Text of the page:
For a well-toned body, regular and consistent exercise is important. Many of us do exercises that focus on specific muscle groups in the body. However, not doing them properly or overdoing them can cause more problems than you’d like.
Some exercises affect the body posture, and may cause injury to your joints as well. Some may, in fact, aggravate the pain your joints are already suffering from due to an underlying illness.1
When you do not practice the right movements and control breath patterns while performing an exercise, you might not gain maximum benefit from these exercises.
Let’s take a look at five exercise moves that are not as beneficial as we may have been led to believe.
1. Crunches May Not Help The Abs At All
Crunches are a common exercise routine, known to strengthen your abdominal or ab muscles. But, crunches may not be targeting the ab muscles at all! The reality is that you may be putting more pressure on the upper torso and not on the actual abdominal core muscles while performing crunches. This movement causes you to strain your back and may result in an injury, if you are not careful. So, if you are looking at strengthening your core, then go for planks and side planks instead.2
2. Twisted Sit-Ups Can Injure The Spine
Sit-ups are a form of endurance training exercise practised to strengthen and tone the abdomen muscles. Twisted sit-ups adds the twisted rotation of the abdominal muscles to the traditional sit-up exercise.
Unfortunately, sit-ups may be dangerous to the spine, experts say. As the hip area goes through a rotational twist when the abdominal muscles get tugged, the spine might undergo stress. This can lead to pain in the lower back. Again, planks can be more beneficial than twisted sit-ups .3
3. Shrugs With Shoulder Roll Can Weaken Your Back
You do shrugs to build up the upper torso using resistance like weights. The aim is to keep your shoulders up against the resistance. In reality, when you roll the shoulder forward while the resistance is being pushed down, you are not resisting the weight. Instead, you are pushing your torso down towards the resistance. This can cause serious harm to the strength of your back. If you still prefer doing shrugs, go for a backwards roll movement of the shoulder instead.4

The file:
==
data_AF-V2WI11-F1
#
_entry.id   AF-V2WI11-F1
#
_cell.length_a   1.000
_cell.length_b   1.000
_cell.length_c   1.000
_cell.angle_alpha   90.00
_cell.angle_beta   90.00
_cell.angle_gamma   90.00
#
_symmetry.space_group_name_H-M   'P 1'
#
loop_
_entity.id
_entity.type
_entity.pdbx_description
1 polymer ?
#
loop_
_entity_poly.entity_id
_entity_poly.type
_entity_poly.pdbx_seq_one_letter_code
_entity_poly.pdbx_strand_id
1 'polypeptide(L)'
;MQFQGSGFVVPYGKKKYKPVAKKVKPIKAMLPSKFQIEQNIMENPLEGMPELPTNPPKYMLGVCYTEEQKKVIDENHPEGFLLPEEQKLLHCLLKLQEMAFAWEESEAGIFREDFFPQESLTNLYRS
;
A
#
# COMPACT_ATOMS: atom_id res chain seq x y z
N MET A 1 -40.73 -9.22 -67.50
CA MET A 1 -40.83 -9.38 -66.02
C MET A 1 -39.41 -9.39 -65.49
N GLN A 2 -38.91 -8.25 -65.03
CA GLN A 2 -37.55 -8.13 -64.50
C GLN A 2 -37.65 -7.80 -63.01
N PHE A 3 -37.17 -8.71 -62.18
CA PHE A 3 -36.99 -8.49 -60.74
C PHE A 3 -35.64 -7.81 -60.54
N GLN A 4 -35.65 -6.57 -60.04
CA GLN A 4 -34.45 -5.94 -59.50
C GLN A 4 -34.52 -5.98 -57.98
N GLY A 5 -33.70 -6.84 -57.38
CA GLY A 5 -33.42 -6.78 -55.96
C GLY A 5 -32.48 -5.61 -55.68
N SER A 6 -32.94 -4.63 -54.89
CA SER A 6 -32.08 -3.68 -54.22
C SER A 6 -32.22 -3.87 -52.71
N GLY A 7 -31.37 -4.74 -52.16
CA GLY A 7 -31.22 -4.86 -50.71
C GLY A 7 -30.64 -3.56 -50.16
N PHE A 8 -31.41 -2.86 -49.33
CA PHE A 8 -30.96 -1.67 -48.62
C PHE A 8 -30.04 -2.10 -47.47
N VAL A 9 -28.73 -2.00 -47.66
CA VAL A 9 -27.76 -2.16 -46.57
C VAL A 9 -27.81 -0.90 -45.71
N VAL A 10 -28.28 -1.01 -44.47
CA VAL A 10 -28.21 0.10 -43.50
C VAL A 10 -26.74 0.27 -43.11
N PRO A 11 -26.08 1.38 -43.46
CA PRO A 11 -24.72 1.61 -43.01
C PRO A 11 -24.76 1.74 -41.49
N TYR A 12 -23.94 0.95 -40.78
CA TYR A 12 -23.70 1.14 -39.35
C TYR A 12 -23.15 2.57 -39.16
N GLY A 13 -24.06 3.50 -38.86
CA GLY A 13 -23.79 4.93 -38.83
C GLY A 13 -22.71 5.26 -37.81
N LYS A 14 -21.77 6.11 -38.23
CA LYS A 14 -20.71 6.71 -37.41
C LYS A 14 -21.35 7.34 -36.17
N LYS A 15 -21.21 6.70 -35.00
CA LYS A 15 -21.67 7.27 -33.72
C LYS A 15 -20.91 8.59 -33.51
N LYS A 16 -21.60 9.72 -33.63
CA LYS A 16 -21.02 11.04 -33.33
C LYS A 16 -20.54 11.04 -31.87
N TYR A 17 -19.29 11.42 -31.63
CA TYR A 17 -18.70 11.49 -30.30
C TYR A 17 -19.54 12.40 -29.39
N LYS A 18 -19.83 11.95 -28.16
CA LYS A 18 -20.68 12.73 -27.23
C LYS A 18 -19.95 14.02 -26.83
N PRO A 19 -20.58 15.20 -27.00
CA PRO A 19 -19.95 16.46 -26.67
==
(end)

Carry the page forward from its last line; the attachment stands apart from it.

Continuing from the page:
4. Barbell Presses Can Cause A Sprain
You can perform a behind the neck press with a barbell for toning up your arms and for a firm upper chest. The bad news is that when you lift a heavier weight, or when you do not maintain a good grip of the barbell, your arms may suffer serious muscle sprain or even get fractured. If you experience pain in your shoulders or feel resistance in the muscles while lifting the barbell, then there is a high chance that those weights are not ideal for you. Not to mention, there is also the risk of dropping the weights down. A simple exercise for a firm upper torso can be a workout with a back towel or just a scrub routine for the floor in your house.5
5. Hanging Leg Raises Contribute To Back Pain
It is really shocking to know that a hanging leg raise doesn’t work on the abdominal muscles as expected. When you raise up your legs past 90 degrees, your lower back starts to arch upwards. When you remain in this position for longer than required, your lower back will undergo sprain and injury. Hence, this is identified as one of the worst exercises that can cause lower back discomfort. Proper sit-up routines can be more beneficial than hanging leg raise movements.6
Which of these exercises have you been doing wrong all this while? If you do experience pain and injury at the gym, it is best to delve deep into the problem and see a physiotherapist if necessary.
|↑1||Morter, M.T. “Your Health… Your Choice.” Frederick Fell Publishers, 2009.|
|↑2||Bornstein, Adam. “The Women’s Health Big Book of Abs: Sculpt a Lean, Sexy Stomach and Your Hottest Body Ever–in Four Weeks!.” Rodale, 2012.|
|↑3||Are Sit Ups Bad for You? The U.S. Military Seems to Think So. International Sports Sciences Association.|
|↑4||Knopf, Karl. “Healthy Shoulder Handbook: 100 Exercises for Treating and Preventing Frozen Shoulder, Rotator Cuff and other Common Injuries.” Ulysses Press, 2010.|
|↑5||Demirakos, George. “Fix My Shoulder: A Guide to Preventing and Healing from Injury and Strain.” Rowman & Littlefield, 2014.|
|↑6||Schuler, Lou and King, Ian. “Men’s Health The Book of Muscle: The World’s Most Authoritative Guide to Building Your Body.” Rodale, 2003.|